The FBI’s J. Edgar Hoover-era surveillance of so-called dissidents—a motley assembly of Soviet sympathizers, anti-war activists and civil rights leaders—has been well documented since the 1970s. But [Claude] McKay was the first, though hardly the last, of one Hoover-tracked subculture that has received less attention: black writers, including some of the most celebrated names in American letters. In the heart of the 20th century, beginning decades before the FBI’s campaign against Martin Luther King Jr., the Southern Christian Leadership Conference and, later, the Black Panthers, dozens of allegedly subversive African-American poets, novelists, essayists and playwrights were distinct targets of the agency, whose surveillance of this group was thorough, far-reaching and sometimes ruthless.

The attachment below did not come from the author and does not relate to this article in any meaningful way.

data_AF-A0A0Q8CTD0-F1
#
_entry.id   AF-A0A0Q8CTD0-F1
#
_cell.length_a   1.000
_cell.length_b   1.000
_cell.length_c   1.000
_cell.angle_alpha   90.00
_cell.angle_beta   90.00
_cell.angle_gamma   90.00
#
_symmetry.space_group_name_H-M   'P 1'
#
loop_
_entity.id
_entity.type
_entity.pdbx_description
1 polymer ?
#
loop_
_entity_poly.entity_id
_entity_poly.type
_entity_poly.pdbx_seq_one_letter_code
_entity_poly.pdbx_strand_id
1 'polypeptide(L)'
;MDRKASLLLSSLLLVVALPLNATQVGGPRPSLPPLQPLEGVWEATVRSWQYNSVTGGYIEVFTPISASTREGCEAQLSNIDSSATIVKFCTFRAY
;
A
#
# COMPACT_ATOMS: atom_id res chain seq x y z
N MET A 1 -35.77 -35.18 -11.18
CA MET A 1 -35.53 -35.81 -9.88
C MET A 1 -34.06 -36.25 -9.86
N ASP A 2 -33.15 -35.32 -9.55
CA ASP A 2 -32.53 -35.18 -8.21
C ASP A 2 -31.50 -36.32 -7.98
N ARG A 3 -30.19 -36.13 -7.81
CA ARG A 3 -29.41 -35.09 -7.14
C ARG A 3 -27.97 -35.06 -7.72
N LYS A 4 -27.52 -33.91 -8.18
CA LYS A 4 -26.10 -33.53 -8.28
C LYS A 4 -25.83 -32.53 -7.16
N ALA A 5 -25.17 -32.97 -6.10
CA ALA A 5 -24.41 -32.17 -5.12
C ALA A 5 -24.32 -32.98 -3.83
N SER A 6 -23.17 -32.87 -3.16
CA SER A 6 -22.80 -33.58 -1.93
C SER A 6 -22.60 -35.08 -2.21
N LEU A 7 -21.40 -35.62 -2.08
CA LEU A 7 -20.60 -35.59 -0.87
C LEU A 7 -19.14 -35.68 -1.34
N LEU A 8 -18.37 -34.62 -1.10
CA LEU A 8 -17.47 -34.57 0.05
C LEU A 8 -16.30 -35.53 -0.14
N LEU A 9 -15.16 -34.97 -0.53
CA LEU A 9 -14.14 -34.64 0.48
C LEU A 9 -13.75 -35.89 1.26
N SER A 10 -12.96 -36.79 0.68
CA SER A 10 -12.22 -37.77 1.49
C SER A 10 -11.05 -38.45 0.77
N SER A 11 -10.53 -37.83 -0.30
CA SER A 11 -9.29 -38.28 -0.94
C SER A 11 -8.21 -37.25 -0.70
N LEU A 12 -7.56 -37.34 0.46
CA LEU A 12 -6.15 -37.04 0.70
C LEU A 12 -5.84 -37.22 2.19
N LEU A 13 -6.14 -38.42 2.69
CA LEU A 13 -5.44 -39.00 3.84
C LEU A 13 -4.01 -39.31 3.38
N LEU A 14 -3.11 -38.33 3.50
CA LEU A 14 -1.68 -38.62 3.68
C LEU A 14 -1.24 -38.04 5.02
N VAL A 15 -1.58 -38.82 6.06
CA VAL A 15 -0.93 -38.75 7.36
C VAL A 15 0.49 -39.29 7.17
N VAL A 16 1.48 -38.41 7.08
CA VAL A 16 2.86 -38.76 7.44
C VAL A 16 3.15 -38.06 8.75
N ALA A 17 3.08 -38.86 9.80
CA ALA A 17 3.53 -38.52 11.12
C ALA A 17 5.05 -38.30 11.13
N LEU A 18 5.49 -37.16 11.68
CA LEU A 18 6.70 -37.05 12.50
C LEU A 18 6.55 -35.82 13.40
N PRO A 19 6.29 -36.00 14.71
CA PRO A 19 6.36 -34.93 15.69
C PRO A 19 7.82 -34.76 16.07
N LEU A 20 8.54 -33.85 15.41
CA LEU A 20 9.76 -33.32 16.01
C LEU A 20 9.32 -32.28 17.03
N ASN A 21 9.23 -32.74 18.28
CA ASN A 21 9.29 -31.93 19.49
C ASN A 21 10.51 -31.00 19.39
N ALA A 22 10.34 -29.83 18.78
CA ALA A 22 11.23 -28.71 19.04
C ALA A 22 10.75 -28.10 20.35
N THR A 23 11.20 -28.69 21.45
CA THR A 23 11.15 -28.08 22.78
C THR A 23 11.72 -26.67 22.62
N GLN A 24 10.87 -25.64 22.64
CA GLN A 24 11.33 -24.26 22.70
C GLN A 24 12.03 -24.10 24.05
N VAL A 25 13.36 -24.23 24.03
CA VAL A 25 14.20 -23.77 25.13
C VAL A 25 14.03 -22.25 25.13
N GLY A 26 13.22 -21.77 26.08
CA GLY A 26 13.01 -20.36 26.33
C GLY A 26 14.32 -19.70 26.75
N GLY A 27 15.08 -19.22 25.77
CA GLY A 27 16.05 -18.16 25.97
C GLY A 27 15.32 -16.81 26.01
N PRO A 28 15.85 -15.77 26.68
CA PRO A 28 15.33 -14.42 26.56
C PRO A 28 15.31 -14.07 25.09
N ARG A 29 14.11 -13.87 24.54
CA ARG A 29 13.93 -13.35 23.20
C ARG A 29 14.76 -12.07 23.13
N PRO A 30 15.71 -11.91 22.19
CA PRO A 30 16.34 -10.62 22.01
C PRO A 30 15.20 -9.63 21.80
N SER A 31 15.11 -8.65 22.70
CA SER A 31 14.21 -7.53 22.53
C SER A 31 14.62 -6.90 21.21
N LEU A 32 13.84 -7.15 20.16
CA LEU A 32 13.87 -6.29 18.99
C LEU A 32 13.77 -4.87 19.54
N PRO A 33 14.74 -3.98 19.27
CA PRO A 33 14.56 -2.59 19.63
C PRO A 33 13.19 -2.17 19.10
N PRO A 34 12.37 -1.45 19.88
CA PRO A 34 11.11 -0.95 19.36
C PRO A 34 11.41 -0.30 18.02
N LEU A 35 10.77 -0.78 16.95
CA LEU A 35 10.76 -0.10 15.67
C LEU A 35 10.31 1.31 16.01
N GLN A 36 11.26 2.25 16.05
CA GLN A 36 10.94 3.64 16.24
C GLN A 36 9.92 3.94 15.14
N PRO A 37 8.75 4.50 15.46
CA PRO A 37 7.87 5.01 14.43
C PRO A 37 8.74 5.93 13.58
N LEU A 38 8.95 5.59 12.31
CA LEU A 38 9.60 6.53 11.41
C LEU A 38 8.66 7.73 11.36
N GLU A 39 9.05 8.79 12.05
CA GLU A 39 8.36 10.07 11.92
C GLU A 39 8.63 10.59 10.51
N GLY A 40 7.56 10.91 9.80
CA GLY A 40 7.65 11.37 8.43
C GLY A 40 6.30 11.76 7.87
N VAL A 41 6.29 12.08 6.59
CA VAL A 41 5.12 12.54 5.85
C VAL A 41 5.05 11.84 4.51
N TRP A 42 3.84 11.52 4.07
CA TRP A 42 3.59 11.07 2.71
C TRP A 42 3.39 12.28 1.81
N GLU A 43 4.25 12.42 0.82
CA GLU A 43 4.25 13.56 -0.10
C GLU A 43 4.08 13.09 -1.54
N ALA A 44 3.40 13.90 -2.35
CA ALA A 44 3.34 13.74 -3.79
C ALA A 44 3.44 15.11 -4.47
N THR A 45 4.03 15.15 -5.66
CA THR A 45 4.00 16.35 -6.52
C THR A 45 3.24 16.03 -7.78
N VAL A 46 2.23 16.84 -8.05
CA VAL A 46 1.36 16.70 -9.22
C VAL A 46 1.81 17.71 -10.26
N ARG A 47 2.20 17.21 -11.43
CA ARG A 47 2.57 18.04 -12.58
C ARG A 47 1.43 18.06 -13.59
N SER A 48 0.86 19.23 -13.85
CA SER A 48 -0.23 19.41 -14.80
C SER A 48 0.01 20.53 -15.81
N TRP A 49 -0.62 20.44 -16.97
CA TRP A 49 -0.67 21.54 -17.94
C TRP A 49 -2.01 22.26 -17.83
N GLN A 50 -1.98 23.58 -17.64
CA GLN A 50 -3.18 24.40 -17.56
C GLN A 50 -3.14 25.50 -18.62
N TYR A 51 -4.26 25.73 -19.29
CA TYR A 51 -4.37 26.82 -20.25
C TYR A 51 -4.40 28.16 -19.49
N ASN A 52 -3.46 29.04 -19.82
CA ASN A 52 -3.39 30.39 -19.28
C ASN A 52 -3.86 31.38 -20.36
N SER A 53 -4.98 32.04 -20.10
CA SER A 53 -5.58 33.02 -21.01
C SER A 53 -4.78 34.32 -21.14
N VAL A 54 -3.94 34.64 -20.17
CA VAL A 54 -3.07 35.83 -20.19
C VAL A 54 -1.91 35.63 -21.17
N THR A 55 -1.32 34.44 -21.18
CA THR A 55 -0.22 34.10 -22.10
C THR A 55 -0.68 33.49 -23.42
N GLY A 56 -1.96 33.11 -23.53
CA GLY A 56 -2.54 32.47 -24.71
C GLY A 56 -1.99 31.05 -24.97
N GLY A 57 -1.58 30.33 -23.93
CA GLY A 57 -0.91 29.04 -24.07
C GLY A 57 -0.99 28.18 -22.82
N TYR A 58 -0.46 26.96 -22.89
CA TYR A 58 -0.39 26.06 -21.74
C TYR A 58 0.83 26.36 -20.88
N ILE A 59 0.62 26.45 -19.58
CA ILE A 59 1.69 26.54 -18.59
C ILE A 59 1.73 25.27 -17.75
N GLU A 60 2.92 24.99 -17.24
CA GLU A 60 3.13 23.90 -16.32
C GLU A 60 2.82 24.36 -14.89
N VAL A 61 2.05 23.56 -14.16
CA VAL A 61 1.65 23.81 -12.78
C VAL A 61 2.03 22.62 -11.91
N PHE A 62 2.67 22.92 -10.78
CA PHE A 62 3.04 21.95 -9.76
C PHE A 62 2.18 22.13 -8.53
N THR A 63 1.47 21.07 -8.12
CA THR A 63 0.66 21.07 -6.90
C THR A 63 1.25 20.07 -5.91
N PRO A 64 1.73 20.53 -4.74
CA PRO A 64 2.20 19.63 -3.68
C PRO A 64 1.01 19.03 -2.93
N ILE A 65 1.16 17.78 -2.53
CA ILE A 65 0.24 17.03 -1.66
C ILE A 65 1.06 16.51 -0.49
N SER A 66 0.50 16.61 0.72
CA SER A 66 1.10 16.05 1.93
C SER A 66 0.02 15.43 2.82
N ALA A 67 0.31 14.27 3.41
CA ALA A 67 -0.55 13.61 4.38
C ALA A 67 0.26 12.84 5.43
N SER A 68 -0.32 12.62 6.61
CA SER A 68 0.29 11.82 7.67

The extensive scope of this surveillance is only now coming into focus, thanks to the U.S. Freedom of Information Act (FOIA). Building on the detective work of prior researchers who discovered files on the likes of James Baldwin, Langston Hughes and Richard Wright […]
Alarmingly, the disclosed files reveal that the FBI prepared preventive arrests of most of the names dropped above, and altogether more than half of the black authors stalked in its archive. Twenty-seven of 51, accused of communism and related extremisms, were caught in the invisible dragnet of the agency’s “Custodial Detention” index and its successors—hot lists of pre-captives “whose presence at liberty in this country in time of war or national emergency,” Hoover resolved in 1939, “would be dangerous to the public peace and the safety of the United States Government.”